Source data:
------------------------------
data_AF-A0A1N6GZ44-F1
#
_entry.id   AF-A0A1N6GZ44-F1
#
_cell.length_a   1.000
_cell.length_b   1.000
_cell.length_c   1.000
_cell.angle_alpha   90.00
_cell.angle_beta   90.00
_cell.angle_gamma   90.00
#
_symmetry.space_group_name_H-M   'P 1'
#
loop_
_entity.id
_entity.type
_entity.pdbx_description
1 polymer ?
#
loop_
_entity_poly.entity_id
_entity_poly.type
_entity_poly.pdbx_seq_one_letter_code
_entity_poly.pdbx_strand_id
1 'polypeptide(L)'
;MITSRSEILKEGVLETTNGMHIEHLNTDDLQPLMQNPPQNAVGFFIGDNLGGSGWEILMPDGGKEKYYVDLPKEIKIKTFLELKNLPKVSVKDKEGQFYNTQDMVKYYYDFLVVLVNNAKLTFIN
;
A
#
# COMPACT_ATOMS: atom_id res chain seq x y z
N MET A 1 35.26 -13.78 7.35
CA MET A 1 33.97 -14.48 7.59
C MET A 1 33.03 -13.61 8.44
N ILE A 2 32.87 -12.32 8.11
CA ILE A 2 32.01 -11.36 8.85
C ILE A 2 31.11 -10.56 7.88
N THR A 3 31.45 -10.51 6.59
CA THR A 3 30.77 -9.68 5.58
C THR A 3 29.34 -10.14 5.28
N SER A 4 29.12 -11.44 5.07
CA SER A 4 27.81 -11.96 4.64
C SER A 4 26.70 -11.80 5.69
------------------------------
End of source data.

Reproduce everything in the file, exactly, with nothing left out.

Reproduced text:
data_AF-A0A1N6GZ44-F1
#
_entry.id   AF-A0A1N6GZ44-F1
#
_cell.length_a   1.000
_cell.length_b   1.000
_cell.length_c   1.000
_cell.angle_alpha   90.00
_cell.angle_beta   90.00
_cell.angle_gamma   90.00
#
_symmetry.space_group_name_H-M   'P 1'
#
loop_
_entity.id
_entity.type
_entity.pdbx_description
1 polymer ?
#
loop_
_entity_poly.entity_id
_entity_poly.type
_entity_poly.pdbx_seq_one_letter_code
_entity_poly.pdbx_strand_id
1 'polypeptide(L)'
;MITSRSEILKEGVLETTNGMHIEHLNTDDLQPLMQNPPQNAVGFFIGDNLGGSGWEILMPDGGKEKYYVDLPKEIKIKTFLELKNLPKVSVKDKEGQFYNTQDMVKYYYDFLVVLVNNAKLTFIN
;
A
#
# COMPACT_ATOMS: atom_id res chain seq x y z
N MET A 1 35.26 -13.78 7.35
CA MET A 1 33.97 -14.48 7.59
C MET A 1 33.03 -13.61 8.44
N ILE A 2 32.87 -12.32 8.11
CA ILE A 2 32.01 -11.36 8.85
C ILE A 2 31.11 -10.56 7.88
N THR A 3 31.45 -10.51 6.59
CA THR A 3 30.77 -9.68 5.58
C THR A 3 29.34 -10.14 5.28
N SER A 4 29.12 -11.44 5.07
CA SER A 4 27.81 -11.96 4.64
C SER A 4 26.70 -11.80 5.69